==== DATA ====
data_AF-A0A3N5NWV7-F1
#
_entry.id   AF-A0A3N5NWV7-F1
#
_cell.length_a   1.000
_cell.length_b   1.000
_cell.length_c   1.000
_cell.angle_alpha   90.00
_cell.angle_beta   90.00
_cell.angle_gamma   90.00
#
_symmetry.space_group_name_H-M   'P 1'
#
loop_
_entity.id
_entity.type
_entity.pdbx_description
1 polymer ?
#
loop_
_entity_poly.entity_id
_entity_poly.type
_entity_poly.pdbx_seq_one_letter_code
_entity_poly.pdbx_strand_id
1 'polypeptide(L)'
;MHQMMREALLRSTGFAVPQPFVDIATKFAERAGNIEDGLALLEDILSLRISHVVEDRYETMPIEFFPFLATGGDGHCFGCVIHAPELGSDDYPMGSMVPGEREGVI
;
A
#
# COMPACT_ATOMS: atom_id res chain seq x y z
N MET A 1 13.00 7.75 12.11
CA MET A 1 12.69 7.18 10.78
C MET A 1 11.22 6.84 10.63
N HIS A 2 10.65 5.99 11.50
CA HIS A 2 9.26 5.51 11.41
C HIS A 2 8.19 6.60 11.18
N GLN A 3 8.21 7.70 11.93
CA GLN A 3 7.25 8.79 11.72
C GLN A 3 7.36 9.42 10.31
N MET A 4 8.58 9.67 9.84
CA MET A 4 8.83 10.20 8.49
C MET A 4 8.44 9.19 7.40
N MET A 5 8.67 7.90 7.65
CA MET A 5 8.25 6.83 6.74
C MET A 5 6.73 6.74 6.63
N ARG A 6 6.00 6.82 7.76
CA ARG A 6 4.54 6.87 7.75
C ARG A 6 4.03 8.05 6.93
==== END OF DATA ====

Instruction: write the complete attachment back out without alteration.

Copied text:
data_AF-A0A3N5NWV7-F1
#
_entry.id   AF-A0A3N5NWV7-F1
#
_cell.length_a   1.000
_cell.length_b   1.000
_cell.length_c   1.000
_cell.angle_alpha   90.00
_cell.angle_beta   90.00
_cell.angle_gamma   90.00
#
_symmetry.space_group_name_H-M   'P 1'
#
loop_
_entity.id
_entity.type
_entity.pdbx_description
1 polymer ?
#
loop_
_entity_poly.entity_id
_entity_poly.type
_entity_poly.pdbx_seq_one_letter_code
_entity_poly.pdbx_strand_id
1 'polypeptide(L)'
;MHQMMREALLRSTGFAVPQPFVDIATKFAERAGNIEDGLALLEDILSLRISHVVEDRYETMPIEFFPFLATGGDGHCFGCVIHAPELGSDDYPMGSMVPGEREGVI
;
A
#
# COMPACT_ATOMS: atom_id res chain seq x y z
N MET A 1 13.00 7.75 12.11
CA MET A 1 12.69 7.18 10.78
C MET A 1 11.22 6.84 10.63
N HIS A 2 10.65 5.99 11.50
CA HIS A 2 9.26 5.51 11.41
C HIS A 2 8.19 6.60 11.18
N GLN A 3 8.21 7.70 11.93
CA GLN A 3 7.25 8.79 11.72
C GLN A 3 7.36 9.42 10.31
N MET A 4 8.58 9.67 9.84
CA MET A 4 8.83 10.20 8.49
C MET A 4 8.44 9.19 7.40
N MET A 5 8.67 7.90 7.65
CA MET A 5 8.25 6.83 6.74
C MET A 5 6.73 6.74 6.63
N ARG A 6 6.00 6.82 7.76
CA ARG A 6 4.54 6.87 7.75
C ARG A 6 4.03 8.05 6.93